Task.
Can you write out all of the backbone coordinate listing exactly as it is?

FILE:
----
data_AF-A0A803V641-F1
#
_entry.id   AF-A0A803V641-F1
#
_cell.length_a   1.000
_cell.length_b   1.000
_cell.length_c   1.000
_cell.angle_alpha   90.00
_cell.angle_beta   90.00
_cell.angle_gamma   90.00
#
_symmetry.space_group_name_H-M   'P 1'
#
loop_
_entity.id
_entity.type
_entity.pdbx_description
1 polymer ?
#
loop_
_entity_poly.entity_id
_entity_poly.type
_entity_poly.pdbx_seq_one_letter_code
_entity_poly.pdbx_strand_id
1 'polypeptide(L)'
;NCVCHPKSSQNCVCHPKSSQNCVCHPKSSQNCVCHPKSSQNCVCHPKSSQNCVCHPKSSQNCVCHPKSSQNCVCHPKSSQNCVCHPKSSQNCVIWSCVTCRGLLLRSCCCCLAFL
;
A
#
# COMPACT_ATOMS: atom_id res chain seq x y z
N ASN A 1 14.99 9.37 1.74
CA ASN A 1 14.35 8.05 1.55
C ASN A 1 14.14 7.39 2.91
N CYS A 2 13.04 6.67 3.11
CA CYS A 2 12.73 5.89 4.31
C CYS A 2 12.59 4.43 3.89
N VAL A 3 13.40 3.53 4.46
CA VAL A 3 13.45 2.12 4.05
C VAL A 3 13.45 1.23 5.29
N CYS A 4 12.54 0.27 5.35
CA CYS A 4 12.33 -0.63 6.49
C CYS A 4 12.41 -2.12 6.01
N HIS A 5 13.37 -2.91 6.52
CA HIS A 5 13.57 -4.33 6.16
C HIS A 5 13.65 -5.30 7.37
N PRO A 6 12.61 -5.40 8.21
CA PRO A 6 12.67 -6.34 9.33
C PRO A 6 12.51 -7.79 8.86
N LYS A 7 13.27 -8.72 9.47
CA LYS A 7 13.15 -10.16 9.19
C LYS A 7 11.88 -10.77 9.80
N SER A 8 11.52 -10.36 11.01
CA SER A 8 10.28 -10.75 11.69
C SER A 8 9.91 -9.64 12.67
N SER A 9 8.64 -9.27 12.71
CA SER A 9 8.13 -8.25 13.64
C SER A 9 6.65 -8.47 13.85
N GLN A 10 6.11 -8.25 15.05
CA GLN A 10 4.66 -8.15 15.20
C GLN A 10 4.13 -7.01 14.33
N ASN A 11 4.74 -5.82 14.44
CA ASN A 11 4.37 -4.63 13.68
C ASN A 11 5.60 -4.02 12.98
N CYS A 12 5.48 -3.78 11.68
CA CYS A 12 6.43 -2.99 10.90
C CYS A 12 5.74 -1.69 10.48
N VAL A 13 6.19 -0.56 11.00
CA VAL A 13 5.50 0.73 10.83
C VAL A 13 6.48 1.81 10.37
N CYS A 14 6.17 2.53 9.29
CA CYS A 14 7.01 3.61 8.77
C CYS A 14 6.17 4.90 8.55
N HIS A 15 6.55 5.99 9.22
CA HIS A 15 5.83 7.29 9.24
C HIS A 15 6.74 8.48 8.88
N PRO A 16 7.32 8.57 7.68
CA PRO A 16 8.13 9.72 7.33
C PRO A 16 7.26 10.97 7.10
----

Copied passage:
data_AF-A0A803V641-F1
#
_entry.id   AF-A0A803V641-F1
#
_cell.length_a   1.000
_cell.length_b   1.000
_cell.length_c   1.000
_cell.angle_alpha   90.00
_cell.angle_beta   90.00
_cell.angle_gamma   90.00
#
_symmetry.space_group_name_H-M   'P 1'
#
loop_
_entity.id
_entity.type
_entity.pdbx_description
1 polymer ?
#
loop_
_entity_poly.entity_id
_entity_poly.type
_entity_poly.pdbx_seq_one_letter_code
_entity_poly.pdbx_strand_id
1 'polypeptide(L)'
;NCVCHPKSSQNCVCHPKSSQNCVCHPKSSQNCVCHPKSSQNCVCHPKSSQNCVCHPKSSQNCVCHPKSSQNCVCHPKSSQNCVCHPKSSQNCVIWSCVTCRGLLLRSCCCCLAFL
;
A
#
# COMPACT_ATOMS: atom_id res chain seq x y z
N ASN A 1 14.99 9.37 1.74
CA ASN A 1 14.35 8.05 1.55
C ASN A 1 14.14 7.39 2.91
N CYS A 2 13.04 6.67 3.11
CA CYS A 2 12.73 5.89 4.31
C CYS A 2 12.59 4.43 3.89
N VAL A 3 13.40 3.53 4.46
CA VAL A 3 13.45 2.12 4.05
C VAL A 3 13.45 1.23 5.29
N CYS A 4 12.54 0.27 5.35
CA CYS A 4 12.33 -0.63 6.49
C CYS A 4 12.41 -2.12 6.01
N HIS A 5 13.37 -2.91 6.52
CA HIS A 5 13.57 -4.33 6.16
C HIS A 5 13.65 -5.30 7.37
N PRO A 6 12.61 -5.40 8.21
CA PRO A 6 12.67 -6.34 9.33
C PRO A 6 12.51 -7.79 8.86
N LYS A 7 13.27 -8.72 9.47
CA LYS A 7 13.15 -10.16 9.19
C LYS A 7 11.88 -10.77 9.80
N SER A 8 11.52 -10.36 11.01
CA SER A 8 10.28 -10.75 11.69
C SER A 8 9.91 -9.64 12.67
N SER A 9 8.64 -9.27 12.71
CA SER A 9 8.13 -8.25 13.64
C SER A 9 6.65 -8.47 13.85
N GLN A 10 6.11 -8.25 15.05
CA GLN A 10 4.66 -8.15 15.20
C GLN A 10 4.13 -7.01 14.33
N ASN A 11 4.74 -5.82 14.44
CA ASN A 11 4.37 -4.63 13.68
C ASN A 11 5.60 -4.02 12.98
N CYS A 12 5.48 -3.78 11.68
CA CYS A 12 6.43 -2.99 10.90
C CYS A 12 5.74 -1.69 10.48
N VAL A 13 6.19 -0.56 11.00
CA VAL A 13 5.50 0.73 10.83
C VAL A 13 6.48 1.81 10.37
N CYS A 14 6.17 2.53 9.29
CA CYS A 14 7.01 3.61 8.77
C CYS A 14 6.17 4.90 8.55
N HIS A 15 6.55 5.99 9.22
CA HIS A 15 5.83 7.29 9.24
C HIS A 15 6.74 8.48 8.88
N PRO A 16 7.32 8.57 7.68
CA PRO A 16 8.13 9.72 7.33
C PRO A 16 7.26 10.97 7.10